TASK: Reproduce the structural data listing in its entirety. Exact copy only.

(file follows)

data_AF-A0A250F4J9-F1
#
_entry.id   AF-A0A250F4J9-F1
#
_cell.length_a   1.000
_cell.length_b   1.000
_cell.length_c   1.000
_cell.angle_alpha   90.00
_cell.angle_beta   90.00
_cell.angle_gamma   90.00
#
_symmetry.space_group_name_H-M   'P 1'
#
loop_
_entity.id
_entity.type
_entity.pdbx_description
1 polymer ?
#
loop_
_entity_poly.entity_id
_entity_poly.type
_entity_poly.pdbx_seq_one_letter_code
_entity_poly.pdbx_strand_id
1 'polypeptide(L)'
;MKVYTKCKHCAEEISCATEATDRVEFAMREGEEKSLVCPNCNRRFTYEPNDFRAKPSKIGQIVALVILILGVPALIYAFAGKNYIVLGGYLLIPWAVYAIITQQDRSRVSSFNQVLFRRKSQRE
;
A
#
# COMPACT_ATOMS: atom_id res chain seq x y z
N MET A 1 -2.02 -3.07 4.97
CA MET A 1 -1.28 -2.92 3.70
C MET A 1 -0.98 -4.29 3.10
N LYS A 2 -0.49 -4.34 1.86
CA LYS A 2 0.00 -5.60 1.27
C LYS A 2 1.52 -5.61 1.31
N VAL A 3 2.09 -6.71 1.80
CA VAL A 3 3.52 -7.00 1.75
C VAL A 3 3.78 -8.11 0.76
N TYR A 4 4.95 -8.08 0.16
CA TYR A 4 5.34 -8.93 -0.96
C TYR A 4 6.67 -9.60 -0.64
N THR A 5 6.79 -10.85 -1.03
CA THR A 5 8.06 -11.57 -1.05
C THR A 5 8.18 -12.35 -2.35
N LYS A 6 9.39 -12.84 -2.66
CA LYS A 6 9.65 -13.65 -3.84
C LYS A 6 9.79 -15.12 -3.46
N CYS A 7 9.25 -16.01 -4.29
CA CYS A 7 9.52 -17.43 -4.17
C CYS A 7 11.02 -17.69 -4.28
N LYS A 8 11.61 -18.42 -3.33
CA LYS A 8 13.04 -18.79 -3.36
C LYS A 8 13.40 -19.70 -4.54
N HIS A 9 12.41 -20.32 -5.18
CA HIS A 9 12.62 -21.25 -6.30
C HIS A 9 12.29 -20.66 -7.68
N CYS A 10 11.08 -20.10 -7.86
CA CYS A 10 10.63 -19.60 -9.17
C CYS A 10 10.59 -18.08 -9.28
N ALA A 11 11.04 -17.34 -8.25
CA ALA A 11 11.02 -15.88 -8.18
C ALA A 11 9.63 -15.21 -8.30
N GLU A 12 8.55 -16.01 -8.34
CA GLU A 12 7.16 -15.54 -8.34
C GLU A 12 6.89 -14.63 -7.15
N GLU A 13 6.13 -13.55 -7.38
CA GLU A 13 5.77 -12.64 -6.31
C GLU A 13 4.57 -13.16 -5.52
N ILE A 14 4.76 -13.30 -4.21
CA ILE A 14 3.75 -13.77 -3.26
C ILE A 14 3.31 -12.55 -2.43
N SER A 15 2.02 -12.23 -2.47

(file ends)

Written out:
data_AF-A0A250F4J9-F1
#
_entry.id   AF-A0A250F4J9-F1
#
_cell.length_a   1.000
_cell.length_b   1.000
_cell.length_c   1.000
_cell.angle_alpha   90.00
_cell.angle_beta   90.00
_cell.angle_gamma   90.00
#
_symmetry.space_group_name_H-M   'P 1'
#
loop_
_entity.id
_entity.type
_entity.pdbx_description
1 polymer ?
#
loop_
_entity_poly.entity_id
_entity_poly.type
_entity_poly.pdbx_seq_one_letter_code
_entity_poly.pdbx_strand_id
1 'polypeptide(L)'
;MKVYTKCKHCAEEISCATEATDRVEFAMREGEEKSLVCPNCNRRFTYEPNDFRAKPSKIGQIVALVILILGVPALIYAFAGKNYIVLGGYLLIPWAVYAIITQQDRSRVSSFNQVLFRRKSQRE
;
A
#
# COMPACT_ATOMS: atom_id res chain seq x y z
N MET A 1 -2.02 -3.07 4.97
CA MET A 1 -1.28 -2.92 3.70
C MET A 1 -0.98 -4.29 3.10
N LYS A 2 -0.49 -4.34 1.86
CA LYS A 2 0.00 -5.60 1.27
C LYS A 2 1.52 -5.61 1.31
N VAL A 3 2.09 -6.71 1.80
CA VAL A 3 3.52 -7.00 1.75
C VAL A 3 3.78 -8.11 0.76
N TYR A 4 4.95 -8.08 0.16
CA TYR A 4 5.34 -8.93 -0.96
C TYR A 4 6.67 -9.60 -0.64
N THR A 5 6.79 -10.85 -1.03
CA THR A 5 8.06 -11.57 -1.05
C THR A 5 8.18 -12.35 -2.35
N LYS A 6 9.39 -12.84 -2.66
CA LYS A 6 9.65 -13.65 -3.84
C LYS A 6 9.79 -15.12 -3.46
N CYS A 7 9.25 -16.01 -4.29
CA CYS A 7 9.52 -17.43 -4.17
C CYS A 7 11.02 -17.69 -4.28
N LYS A 8 11.61 -18.42 -3.33
CA LYS A 8 13.04 -18.79 -3.36
C LYS A 8 13.40 -19.70 -4.54
N HIS A 9 12.41 -20.32 -5.18
CA HIS A 9 12.62 -21.25 -6.30
C HIS A 9 12.29 -20.66 -7.68
N CYS A 10 11.08 -20.10 -7.86
CA CYS A 10 10.63 -19.60 -9.17
C CYS A 10 10.59 -18.08 -9.28
N ALA A 11 11.04 -17.34 -8.25
CA ALA A 11 11.02 -15.88 -8.18
C ALA A 11 9.63 -15.21 -8.30
N GLU A 12 8.55 -16.01 -8.34
CA GLU A 12 7.16 -15.54 -8.34
C GLU A 12 6.89 -14.63 -7.15
N GLU A 13 6.13 -13.55 -7.38
CA GLU A 13 5.77 -12.64 -6.31
C GLU A 13 4.57 -13.16 -5.52
N ILE A 14 4.76 -13.30 -4.21
CA ILE A 14 3.75 -13.77 -3.26
C ILE A 14 3.31 -12.55 -2.43
N SER A 15 2.02 -12.23 -2.47